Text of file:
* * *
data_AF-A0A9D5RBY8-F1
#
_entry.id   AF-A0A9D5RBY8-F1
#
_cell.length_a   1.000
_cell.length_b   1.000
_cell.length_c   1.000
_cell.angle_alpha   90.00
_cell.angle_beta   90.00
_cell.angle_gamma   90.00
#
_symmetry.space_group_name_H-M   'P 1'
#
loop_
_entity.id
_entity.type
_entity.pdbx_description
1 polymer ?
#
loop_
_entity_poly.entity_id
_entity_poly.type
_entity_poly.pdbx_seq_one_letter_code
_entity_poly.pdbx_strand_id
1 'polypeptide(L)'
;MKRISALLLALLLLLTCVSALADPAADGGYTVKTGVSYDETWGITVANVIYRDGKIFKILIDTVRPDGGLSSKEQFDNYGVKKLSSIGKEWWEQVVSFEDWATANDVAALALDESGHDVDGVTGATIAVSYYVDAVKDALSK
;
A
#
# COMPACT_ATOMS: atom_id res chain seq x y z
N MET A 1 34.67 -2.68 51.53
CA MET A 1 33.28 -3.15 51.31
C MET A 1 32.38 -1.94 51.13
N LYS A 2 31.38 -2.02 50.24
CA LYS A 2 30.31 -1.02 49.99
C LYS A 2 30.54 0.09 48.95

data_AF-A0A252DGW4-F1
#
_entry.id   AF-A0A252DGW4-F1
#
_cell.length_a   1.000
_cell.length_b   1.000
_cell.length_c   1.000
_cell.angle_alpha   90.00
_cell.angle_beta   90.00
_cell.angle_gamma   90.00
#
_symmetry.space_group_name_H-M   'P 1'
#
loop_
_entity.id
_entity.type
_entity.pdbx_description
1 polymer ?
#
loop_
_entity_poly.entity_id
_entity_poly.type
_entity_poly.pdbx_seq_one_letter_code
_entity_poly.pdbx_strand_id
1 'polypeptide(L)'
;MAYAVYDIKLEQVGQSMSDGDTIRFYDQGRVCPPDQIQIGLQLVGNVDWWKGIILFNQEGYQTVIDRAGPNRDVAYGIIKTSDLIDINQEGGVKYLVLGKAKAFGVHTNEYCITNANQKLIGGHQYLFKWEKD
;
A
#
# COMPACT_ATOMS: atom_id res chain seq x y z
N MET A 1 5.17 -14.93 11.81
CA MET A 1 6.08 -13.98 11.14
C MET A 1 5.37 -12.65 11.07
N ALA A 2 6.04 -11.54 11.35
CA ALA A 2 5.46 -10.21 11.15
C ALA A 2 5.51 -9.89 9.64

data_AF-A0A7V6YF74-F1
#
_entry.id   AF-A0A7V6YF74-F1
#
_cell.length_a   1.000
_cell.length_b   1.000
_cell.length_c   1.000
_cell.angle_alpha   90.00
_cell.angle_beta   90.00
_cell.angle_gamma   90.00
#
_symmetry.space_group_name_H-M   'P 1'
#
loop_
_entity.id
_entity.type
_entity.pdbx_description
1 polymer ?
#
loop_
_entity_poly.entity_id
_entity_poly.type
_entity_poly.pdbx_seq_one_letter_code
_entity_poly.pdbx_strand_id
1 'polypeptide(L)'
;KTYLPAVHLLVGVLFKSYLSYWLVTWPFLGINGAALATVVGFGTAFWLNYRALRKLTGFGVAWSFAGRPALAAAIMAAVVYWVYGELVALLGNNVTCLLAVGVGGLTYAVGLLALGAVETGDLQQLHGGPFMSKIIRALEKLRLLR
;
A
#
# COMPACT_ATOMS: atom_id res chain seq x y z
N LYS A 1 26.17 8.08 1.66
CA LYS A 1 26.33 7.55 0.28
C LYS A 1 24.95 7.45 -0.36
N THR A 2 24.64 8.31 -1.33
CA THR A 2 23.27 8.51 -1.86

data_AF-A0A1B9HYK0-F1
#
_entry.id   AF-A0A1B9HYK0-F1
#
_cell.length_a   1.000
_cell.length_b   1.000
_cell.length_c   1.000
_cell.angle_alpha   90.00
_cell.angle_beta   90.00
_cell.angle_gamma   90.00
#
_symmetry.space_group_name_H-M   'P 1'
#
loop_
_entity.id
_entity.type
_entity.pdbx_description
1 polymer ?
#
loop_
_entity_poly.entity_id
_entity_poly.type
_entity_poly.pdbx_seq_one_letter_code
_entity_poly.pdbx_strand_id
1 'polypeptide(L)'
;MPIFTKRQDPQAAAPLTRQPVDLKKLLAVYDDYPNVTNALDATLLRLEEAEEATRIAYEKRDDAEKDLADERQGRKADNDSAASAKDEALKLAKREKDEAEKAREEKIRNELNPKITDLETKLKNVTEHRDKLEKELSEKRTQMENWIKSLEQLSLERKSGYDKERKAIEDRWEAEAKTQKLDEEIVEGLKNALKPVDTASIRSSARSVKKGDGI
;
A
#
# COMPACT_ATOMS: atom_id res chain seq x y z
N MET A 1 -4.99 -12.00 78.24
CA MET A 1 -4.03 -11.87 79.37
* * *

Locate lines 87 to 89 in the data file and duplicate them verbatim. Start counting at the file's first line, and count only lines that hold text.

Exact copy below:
_entity.id
_entity.type
_entity.pdbx_description